And the females in his life know that boundaries are made to be pushed.

Which is how we ended up with three silkie chickens.

Because John is a fantastically tolerant man he rolled his eyes when he saw that they brought us joy and when the rooster grew a crazy comb he announced that his name should be changed from “Fluffy” as Jane called him or “Spike” as I called him to “Magma”.

And because we know you can only push boundaries so far…

Meet our Silkie rooster, Magma.

Top o’ the Morning to Ya!

It’s Sunday morning, we have, of course, no where to go. I’m pretending to sleep in when Jane shows up to “snuggle” (i.e. asks three thousand questions and demands one million items). After a long three minutes of such talk I caved and threw my phone at her in self defense so that she could check out every filter on all the platforms my phone can offer.

The end result was this picture.

I quite like it and I’m saving it because I think it will come in handy for handling the current most common questions I get.

“How’re things going?” – see above picture.

“How’s that homeschooling thing?” – note how I can no longer smile a real smile.

“How are the kids handling it?” – check out that kids face and then you tell me.

“What’s it like with the kids home all the time?” – please note how I no longer even have enough personal space for my entire face.

Top o’ the morning to ya! I hope you and yours are safe and healthy and that in the process of staying that way you still have enough elbow room of your own to see out of both eyes!

I’m participating in the April Squares challenge over at The Life of B come check it out!

Officially Done

Many notable things happened today ranging from new poultry arrivals to capoeira demos but they all pale in comparison to this little piece of floor.

If I may direct your attention back in time approximately six years and six months ago you will find a blog post titled Please Hold. In that post you will read amongst other things that we were living in “cardboard box hell” after moving to our new house.

A number of those boxes landed in the corner by the bookshelf and spent the last 6 years alternating between functioning as a perch for cats and the most inconvenient end table ever to throw a book/hat/flashlight/blanket on as you went by. The problem being that not only did this always annoy the cats but it ensured that it would take twice as long as normal to find the object. This is because a stack of cardboard boxes that should really be unpacked actually becomes invisible after a certain amount of time. So that once an item is set on top of it, it also disappears and your only hope is to rely on a grumpy cat to alert you to the item’s presence.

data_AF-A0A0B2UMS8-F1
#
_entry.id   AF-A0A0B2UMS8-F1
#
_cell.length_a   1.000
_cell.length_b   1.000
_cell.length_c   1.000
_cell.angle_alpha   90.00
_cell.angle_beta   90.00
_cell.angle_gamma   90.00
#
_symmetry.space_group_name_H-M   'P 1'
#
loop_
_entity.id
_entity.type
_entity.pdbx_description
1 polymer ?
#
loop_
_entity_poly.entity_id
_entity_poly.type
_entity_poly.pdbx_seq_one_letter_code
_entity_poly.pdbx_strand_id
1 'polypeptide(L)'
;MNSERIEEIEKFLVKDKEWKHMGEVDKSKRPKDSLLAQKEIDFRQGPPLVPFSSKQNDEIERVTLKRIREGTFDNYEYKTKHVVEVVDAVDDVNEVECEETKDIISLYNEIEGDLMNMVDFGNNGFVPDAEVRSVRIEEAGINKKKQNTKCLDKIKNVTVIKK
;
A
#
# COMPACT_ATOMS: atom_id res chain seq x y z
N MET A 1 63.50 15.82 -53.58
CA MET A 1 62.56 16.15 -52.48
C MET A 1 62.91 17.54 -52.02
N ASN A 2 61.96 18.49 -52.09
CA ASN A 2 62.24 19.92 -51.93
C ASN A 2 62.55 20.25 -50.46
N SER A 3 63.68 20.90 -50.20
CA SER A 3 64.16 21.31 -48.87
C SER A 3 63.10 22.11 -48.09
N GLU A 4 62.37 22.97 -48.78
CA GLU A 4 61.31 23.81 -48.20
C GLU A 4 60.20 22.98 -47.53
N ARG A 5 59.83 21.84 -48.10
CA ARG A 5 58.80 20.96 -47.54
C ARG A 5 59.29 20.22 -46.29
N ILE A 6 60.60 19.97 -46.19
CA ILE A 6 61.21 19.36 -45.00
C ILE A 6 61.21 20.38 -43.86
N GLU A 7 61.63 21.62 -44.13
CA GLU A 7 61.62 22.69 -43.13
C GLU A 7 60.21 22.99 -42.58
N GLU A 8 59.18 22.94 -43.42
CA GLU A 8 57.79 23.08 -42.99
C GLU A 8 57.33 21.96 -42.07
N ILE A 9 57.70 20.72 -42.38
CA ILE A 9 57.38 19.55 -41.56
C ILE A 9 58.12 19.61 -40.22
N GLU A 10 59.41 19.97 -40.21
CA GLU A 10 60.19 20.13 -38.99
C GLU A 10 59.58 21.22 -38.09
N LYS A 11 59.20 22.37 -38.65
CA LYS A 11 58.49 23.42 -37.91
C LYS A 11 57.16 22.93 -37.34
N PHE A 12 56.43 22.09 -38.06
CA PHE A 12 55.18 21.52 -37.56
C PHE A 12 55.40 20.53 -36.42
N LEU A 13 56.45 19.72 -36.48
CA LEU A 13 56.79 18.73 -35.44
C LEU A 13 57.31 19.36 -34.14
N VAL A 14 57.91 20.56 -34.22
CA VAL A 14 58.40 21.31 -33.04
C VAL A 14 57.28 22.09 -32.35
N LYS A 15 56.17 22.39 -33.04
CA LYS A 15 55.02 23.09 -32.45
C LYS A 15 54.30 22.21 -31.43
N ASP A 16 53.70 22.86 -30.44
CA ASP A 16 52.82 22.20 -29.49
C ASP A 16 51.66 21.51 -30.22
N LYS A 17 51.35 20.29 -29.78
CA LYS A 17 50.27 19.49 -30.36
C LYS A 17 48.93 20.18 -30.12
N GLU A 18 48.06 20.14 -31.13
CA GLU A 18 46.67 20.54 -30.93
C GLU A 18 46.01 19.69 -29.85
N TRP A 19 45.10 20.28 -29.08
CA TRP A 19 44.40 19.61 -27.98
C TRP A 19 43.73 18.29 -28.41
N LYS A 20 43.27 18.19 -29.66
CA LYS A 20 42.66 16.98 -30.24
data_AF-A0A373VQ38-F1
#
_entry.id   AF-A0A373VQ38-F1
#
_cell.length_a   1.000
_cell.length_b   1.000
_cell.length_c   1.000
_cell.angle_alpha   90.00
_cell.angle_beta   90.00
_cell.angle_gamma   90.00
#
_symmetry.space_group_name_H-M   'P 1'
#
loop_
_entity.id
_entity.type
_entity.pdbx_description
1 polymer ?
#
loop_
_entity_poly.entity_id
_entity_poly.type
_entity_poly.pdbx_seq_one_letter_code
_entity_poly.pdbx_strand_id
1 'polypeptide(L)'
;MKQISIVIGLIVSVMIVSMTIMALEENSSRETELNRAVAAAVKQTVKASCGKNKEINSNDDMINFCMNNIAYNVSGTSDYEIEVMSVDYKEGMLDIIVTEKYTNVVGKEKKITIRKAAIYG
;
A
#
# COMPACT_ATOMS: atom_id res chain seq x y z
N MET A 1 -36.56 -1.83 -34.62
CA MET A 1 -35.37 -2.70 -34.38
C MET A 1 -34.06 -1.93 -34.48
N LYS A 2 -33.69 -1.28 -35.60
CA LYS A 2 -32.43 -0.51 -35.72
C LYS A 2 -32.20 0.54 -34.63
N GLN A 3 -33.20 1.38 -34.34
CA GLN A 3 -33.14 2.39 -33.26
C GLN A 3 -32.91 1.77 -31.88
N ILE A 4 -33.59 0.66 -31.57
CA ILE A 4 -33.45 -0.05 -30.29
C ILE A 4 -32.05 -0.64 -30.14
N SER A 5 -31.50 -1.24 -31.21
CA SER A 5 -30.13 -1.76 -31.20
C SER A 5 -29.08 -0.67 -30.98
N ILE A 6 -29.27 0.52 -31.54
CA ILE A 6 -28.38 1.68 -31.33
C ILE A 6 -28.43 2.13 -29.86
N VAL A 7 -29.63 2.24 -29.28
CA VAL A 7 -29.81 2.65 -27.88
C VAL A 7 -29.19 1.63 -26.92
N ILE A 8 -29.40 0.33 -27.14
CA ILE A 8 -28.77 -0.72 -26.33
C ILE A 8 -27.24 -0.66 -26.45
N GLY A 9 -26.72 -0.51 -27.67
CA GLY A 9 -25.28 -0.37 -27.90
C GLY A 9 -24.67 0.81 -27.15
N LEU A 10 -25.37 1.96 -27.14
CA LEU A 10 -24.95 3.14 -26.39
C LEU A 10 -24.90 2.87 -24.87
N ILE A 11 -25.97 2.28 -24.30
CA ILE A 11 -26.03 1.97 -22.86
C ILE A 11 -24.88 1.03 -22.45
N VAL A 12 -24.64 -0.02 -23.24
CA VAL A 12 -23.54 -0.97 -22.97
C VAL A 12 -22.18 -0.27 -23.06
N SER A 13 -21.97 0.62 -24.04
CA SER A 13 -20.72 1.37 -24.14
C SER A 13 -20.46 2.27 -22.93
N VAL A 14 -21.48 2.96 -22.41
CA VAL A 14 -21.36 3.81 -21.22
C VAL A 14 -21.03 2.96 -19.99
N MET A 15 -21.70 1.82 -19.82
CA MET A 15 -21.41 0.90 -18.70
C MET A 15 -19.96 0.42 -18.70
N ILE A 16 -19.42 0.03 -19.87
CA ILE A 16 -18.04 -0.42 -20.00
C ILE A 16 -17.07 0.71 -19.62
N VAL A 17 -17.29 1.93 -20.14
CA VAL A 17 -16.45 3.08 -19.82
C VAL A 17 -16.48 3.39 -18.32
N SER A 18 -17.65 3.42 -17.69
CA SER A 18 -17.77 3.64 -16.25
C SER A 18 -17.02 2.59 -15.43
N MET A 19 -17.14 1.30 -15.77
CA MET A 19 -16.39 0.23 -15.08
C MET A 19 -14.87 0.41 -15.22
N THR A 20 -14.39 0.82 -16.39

But no more! Thanks to the Herculean efforts of John (it’s super hard to move invisible objects) they have been unpacked and put appropriately away.

That’s right. It’s official. We are all moved in!

Teenager

Last week Ivy sat at the dinner table with an attitude of, shall we say… discontent. John ever the problem solver asked, “Ivy, what brings you joy? What do you like?”

Ivy replied…

(Now mind you, Ivy has recently discover that she can read my blog. This is a new fact of life that I have seriously mixed feelings about but I can assure you, knowing that my lovely eldest daughter will read this sooner rather than later, I speak the truth and nothing but the truth, so help me God.)

… “eating…. And sleeping.”

John and I burst into laughter at this totally stereotypical teenage reply, which was of course totally unwarranted because she was only twelve at the time.

But today she is thirteen.

We now have a teenager in our midst. She likes eating, sleeping and even, when to pressed to answer by the laughter of her parents, reading and drawing.

She’s pretty alright, we think we’ll keep her.

Happy Birthday Ivy!

 

 

The Jello Brain

The Jello Brain

or

Part 5 of Where I’ve Been the Last Four Months

Part 1: The Cow

Part 2: The Omelettes 

Part 3: The Concussion

Part 4: The Therapy

When asked how I’m doing now I can look back and see how very far I’ve come in the last months and I want to say I’m better.

I have gotten better.

But better is not 100%. In some areas I’m not even close and the answer of better needs to be tempered in a way that has me fumbling for words to explain.

I can do almost everything I would like to now. And almost everything exhausts me. An afternoon nap is a necessity. Sometimes a morning and evening nap are too. I am no longer a night owl. I can’t stay up that long.

Some days I have good brain days and I can do the things and take a nap and do more things and feel as though one day I might even be able to do all thing things I’d like to in a day.